Every time you flip through an old magazine, you open a time capsule. Created to meet readers’ most immediate interests, magazines generally reflect the mood and ideas in brief moments in history.
But how accurate is that reflection?
If you look at Post issues from the 1920s, you can get a fairly good sense of that decade. The overall tone of these issues is busy, enthusiastic, often funny, and the hefty magazines are filled with lighthearted stories and lavish advertising.
The 1930s issues, on the other hand, are much thinner. The Depression-era illustrations and advertising seem subdued and cautious. There are fewer stories and the articles seem to focus mostly on business and politics.
In the issues of the early 1940s, every Post article, ad, and cartoon seems to reflect some aspect of World War II.
The issues of the 1950s, however, don’t quite fit their times. To judge from the images, America was a bright, prosperous, and carefree place, which wasn’t entirely true. The country was prospering, yet it was also weighed down with worries. The decade had begun with two wars: a bloody “police action” in Korea that ended in stalemate and a global cold war that just seemed to go on and on. As if this wasn’t bad enough, Russia had stolen America’s atomic bomb secrets; our great adversary was now a nuclear power.
As the 1950s began, it became to Americans clear they wouldn’t get the peace they’d hope to win at the end of World War II. Instead, they would pass the decade in fear of a Soviet attack with atomic weapons. Air-raid drills would send schoolchildren diving under their desks to wonder if, this time, it wasn’t a drill. Their parents would watch news reports of communist influence spreading across the globe.
They would also have sensed an atmosphere of suspicion and resentment in the country as journalists and politicians accused fellow Americans of disloyalty. Senator Joseph McCarthy would draw national attention for his inquiries into suspected communist agents operating throughout the government. His hunt for secret communists reached its peak 60 years ago this month.
When McCarthy’s relentless attack on the U.S. Army proved too much for his Congressional colleagues, he was censured by his colleagues, and his career–and investigations–faded away. Yet the suspicion of covert communism lingered and many Americans felt they could no longer trust their fellow citizens.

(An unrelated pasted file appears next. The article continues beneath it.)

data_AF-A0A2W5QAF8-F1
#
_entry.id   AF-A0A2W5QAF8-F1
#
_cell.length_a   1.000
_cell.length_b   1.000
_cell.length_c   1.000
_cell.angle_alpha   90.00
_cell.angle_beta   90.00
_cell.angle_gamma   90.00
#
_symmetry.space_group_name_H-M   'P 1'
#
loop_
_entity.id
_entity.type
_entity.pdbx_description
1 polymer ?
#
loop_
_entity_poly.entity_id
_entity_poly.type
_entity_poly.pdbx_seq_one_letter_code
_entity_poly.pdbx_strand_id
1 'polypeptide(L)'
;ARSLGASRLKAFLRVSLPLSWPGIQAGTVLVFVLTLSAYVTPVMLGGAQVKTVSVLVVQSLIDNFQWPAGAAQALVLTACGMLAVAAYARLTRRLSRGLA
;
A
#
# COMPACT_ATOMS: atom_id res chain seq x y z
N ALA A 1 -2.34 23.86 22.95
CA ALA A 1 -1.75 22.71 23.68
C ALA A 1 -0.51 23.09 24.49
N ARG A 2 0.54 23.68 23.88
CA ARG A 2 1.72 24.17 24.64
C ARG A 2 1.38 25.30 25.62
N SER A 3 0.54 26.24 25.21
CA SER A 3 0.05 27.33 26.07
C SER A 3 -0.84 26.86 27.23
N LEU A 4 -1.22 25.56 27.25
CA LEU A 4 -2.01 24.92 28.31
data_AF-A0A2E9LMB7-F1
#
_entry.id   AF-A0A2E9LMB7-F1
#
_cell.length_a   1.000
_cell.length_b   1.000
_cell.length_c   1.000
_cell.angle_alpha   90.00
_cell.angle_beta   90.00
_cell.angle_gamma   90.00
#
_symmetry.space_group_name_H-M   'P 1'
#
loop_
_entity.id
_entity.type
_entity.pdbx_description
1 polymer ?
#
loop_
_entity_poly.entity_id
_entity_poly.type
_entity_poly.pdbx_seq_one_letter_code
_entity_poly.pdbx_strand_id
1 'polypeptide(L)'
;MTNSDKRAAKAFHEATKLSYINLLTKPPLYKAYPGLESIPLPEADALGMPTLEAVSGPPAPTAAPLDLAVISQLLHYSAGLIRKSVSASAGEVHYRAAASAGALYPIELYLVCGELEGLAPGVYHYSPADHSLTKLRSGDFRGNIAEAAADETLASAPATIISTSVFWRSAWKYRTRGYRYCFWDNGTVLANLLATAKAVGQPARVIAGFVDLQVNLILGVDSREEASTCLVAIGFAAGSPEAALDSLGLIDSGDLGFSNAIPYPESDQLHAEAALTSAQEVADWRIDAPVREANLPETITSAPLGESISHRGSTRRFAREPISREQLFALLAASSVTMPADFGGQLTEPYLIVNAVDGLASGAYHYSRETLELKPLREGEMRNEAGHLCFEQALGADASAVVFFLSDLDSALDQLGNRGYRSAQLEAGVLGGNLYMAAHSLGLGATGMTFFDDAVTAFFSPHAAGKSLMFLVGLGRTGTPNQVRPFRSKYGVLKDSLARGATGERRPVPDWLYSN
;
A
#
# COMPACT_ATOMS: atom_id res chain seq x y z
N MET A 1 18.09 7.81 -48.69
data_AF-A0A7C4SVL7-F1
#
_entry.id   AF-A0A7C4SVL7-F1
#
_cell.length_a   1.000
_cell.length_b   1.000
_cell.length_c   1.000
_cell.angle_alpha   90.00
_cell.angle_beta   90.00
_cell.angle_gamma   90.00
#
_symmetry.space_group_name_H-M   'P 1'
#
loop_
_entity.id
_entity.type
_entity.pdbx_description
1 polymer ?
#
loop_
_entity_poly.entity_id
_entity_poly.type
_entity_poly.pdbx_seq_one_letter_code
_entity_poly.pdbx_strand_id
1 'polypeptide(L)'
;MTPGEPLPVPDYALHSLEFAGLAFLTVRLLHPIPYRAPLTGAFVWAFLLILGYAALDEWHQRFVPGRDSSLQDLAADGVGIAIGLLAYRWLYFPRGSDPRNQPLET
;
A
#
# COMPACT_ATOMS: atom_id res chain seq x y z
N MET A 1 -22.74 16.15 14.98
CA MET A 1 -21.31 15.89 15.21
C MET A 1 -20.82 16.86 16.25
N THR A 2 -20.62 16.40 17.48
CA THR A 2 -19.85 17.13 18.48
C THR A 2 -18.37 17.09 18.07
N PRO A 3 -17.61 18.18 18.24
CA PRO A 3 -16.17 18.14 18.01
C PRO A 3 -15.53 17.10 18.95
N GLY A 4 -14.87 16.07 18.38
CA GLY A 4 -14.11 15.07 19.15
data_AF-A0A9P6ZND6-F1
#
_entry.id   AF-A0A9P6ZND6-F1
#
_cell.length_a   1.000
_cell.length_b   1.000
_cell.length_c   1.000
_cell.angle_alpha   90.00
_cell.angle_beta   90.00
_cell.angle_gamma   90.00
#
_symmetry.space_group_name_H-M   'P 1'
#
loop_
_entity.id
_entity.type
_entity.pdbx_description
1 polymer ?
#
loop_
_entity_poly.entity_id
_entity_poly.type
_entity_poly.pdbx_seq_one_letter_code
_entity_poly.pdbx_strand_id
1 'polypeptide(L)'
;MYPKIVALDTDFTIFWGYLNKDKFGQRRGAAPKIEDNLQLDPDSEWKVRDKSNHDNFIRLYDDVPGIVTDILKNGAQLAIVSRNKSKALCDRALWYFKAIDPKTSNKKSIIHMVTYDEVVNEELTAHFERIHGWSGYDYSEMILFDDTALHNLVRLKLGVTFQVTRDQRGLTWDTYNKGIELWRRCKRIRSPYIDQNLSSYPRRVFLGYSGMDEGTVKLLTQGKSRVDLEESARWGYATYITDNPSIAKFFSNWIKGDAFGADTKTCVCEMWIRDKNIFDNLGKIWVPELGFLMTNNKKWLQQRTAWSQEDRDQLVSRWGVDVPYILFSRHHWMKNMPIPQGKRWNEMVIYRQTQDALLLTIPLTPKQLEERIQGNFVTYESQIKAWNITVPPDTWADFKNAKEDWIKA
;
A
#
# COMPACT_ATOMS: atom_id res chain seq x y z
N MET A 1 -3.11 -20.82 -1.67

The Post wrote a great deal about the red menace in the 1950s, but if you looked only at the images in the magazine, you’d never guess at the cultural atmosphere of dread, suspicion, and uncertainty.
To judge by the ads below, taken from the May and June issues of the Post, Americans of 1954 were perpetually happy, living colorful, comfortable, and gracious lives. The Westinghouse vacuum cleaner, for example, shows us that icon, the 1950s American housewife. Advertisers and television writers, with no intention of being funny, would present her as homey but glamorous, performing housework in a dress and heels.
She cooked in a modern, spacious kitchen that was filled with modern appliances, such as ‘intelligent’ electric stoves, and spacious refrigerators with rotating shelves.
Modern glamour had even entered the bathroom. Manufacturers introduced exotic colors to fixtures that had, for generations, had only been stark white.
Americans who had moved to the suburbs took pride in their backyards and with summer’s return, the magazine featured advertising from several manufacturers.
The Goodrich ad seems to make unsupported claims in its headlines, but many baby boomers fondly remember those inflatable pools.
With summer, many readers would again consider the merits of a single-room air conditioner, which were become more affordable very year. Several companies were offering units that summer, including Carrier, whose air-conditioners were so advanced, they could prevent “super brain” computers from over-heating.
New technology was invading America’s offices. But no matter how much the machines changed, the gender of the operator remained the same.
No ad gallery of the 1950s would be complete without a collection of car ads. These models capture an era in which the auto industry, as yet unthreatened by imports or emissons standards, focused on power, size, and glamour.
Lastly, we present a gallery of Post coves from those early summer months. Noticeably absent are bomb shelters and students huddled under school room desks.
Like so many of the covers from the 1950s, the art work celebrates intimate, homely moments of small town and suburban family life. We didn’t reflect the country American was in those days. We showed the country as Americans wanted to see it–familiar, peaceful, and contented.
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